Wednesday, December 17, 2008
Sunday, December 07, 2008
Rumors of an Extinct Bird
Tuesday, November 18, 2008
Rediscovered Pygmy Tarsier
A Texas A&M anthropologist has rediscovered a pygmy tarsier in the wilds of Lore Lindu National Park, Sulawesi. "The pygmy tarsiers, furry Furby/gremlin-looking creatures about the size of a small mouse and weighing less than 2 ounces, have not been observed since they were last collected for a museum in 1921. Several scientists believed they were extinct until two Indonesian scientists trapping rats in the highlands of Sulawesi accidentally trapped and killed a pygmy tarsier in 2000.
Not specifically noted, it appears they mean Tarsius pumilus, according to the EDGE site. (Which notes, "Some researchers doubted the continued existence of Tarsius pumilus or in fact that it ever represented a separate species, as only two specimens were ever found and it had not been unambiguously identified in the wild since 1930.")
The anthropologists notes on NG: "There have been dozens of expeditions looking for them—all unsuccessful. I needed to go and try to see for myself if they were really there or if they were really extinct."
Saturday, October 25, 2008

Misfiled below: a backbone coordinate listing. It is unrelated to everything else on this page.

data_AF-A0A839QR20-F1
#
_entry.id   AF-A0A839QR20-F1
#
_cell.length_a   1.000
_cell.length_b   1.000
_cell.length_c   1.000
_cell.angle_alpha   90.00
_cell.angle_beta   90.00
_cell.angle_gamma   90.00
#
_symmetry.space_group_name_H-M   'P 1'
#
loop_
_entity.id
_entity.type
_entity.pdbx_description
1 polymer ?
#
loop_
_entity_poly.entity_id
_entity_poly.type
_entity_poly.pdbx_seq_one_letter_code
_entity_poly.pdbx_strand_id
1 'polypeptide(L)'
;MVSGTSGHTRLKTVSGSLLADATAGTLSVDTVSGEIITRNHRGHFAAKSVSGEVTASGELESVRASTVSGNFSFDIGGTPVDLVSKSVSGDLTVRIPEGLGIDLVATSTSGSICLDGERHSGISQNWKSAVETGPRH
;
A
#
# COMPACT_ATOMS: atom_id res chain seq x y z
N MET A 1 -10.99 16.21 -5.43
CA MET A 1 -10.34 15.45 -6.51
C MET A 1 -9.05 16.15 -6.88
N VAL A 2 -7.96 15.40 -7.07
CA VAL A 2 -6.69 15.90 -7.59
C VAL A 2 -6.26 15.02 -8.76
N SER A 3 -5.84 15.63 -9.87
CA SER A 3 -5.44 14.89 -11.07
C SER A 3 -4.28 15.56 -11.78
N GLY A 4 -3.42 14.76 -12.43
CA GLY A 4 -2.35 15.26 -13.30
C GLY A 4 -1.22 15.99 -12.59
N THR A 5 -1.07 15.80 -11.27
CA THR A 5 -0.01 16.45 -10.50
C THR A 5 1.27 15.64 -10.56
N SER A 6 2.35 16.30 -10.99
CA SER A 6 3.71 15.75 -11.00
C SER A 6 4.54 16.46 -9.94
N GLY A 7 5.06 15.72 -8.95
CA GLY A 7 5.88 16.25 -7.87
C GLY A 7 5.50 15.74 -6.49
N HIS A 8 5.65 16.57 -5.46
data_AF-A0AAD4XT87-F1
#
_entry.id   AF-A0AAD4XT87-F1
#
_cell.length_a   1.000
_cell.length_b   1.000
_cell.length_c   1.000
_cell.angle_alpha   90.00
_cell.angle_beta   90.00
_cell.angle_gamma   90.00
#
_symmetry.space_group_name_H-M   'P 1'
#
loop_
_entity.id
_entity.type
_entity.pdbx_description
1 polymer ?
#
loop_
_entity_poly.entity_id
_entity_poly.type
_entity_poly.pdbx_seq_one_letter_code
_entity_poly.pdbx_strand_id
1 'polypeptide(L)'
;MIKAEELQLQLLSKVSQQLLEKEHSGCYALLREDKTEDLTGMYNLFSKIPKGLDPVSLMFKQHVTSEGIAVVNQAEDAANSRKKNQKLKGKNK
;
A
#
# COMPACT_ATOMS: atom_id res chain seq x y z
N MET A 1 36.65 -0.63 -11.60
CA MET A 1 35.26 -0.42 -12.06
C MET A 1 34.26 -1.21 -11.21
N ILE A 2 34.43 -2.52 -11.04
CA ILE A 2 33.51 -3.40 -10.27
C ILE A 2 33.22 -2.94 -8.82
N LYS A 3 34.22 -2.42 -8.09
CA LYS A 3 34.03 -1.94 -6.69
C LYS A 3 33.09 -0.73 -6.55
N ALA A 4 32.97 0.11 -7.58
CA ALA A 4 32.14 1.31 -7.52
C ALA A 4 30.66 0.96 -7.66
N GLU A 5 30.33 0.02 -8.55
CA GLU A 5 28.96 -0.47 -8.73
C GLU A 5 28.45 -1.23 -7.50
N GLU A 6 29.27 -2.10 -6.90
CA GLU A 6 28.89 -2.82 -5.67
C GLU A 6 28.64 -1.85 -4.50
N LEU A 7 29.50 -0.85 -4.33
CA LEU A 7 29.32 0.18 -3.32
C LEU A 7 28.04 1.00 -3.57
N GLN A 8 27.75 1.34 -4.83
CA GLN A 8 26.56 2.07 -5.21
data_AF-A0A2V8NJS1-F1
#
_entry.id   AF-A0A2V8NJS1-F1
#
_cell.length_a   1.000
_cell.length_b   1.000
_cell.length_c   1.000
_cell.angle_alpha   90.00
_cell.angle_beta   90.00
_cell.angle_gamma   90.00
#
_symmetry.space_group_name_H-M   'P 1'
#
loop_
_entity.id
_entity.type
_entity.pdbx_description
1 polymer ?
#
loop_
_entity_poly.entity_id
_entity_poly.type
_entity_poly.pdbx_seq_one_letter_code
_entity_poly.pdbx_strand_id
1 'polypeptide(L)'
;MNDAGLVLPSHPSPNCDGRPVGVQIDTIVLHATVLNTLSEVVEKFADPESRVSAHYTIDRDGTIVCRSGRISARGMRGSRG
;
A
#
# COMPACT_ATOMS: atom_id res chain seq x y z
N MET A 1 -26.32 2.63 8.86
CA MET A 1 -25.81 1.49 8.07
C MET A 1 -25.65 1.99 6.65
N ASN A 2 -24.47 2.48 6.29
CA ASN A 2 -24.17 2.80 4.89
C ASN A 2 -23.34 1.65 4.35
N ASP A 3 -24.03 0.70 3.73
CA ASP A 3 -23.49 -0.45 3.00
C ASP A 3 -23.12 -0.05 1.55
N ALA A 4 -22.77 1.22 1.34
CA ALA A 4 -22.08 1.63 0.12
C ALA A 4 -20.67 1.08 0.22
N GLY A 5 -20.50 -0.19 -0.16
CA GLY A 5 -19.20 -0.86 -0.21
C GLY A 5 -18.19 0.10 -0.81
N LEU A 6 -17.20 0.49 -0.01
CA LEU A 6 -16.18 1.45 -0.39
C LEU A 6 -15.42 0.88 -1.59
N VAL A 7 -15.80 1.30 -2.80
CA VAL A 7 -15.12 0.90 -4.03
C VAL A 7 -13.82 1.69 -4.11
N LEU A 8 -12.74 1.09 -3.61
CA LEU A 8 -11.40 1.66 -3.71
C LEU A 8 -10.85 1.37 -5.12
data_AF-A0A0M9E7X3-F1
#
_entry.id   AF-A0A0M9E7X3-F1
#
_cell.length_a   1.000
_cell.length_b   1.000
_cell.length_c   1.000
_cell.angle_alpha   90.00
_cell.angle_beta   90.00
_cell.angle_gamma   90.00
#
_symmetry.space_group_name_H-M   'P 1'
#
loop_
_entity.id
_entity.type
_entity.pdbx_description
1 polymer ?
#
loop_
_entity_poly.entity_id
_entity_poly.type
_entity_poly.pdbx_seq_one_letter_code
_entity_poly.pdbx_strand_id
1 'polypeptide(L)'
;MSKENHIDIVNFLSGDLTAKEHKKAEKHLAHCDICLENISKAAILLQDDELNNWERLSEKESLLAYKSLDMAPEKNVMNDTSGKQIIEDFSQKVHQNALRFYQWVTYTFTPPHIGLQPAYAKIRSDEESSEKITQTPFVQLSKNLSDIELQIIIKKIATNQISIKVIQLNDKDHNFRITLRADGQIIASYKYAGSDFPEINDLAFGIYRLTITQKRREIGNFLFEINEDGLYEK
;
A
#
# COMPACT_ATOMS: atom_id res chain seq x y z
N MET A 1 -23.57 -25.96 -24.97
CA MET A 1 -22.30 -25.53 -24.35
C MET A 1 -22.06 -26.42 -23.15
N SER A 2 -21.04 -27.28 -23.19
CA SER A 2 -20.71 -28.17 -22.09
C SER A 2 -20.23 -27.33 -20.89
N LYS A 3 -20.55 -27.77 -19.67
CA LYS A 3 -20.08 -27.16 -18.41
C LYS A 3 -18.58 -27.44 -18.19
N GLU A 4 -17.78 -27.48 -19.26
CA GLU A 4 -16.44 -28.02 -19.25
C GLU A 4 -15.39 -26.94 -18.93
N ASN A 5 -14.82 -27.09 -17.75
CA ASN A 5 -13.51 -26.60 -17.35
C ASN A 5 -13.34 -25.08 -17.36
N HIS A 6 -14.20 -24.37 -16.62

Cuvier's "rash dictum" had a twin in marine biology. "In 1843, the British naturalist Edward Forbes declared life was impossible below 300 fathoms (540 metres)." (source)
Now, the deepest-living fishes (so far) have been photographed by biologists, and it turns out they're a rather social species. (News source.)
Sunday, September 21, 2008
Wednesday, September 10, 2008
Okapi Survives in Congo
Thursday, August 28, 2008
Tuesday, August 12, 2008
Submarine to the Abyss
Thursday, August 07, 2008
"Dino" Sightings in PNG
Tuesday, July 08, 2008
Monday, June 23, 2008
Tuesday, April 15, 2008
Mystery Animals of South Sudan
Sudan has monsters of its own, for certain. They swim in the Nile, lurk in the swamps and hide in the forests awaiting stray travelers to prey upon. In the fertile South, contrasted by the more arid regions of the country with which Sudan is commonly affiliated, the landscape remains largely undeveloped and human settlement is restricted to a handful of well spaced towns with a countryside sparsely populated by tiny hut villages. Much of the land remains untamed, unconquered and in some areas, much feared for its wildlife. There are areas even today where villagers will not enter for fear of the monsters believed to inhabit them.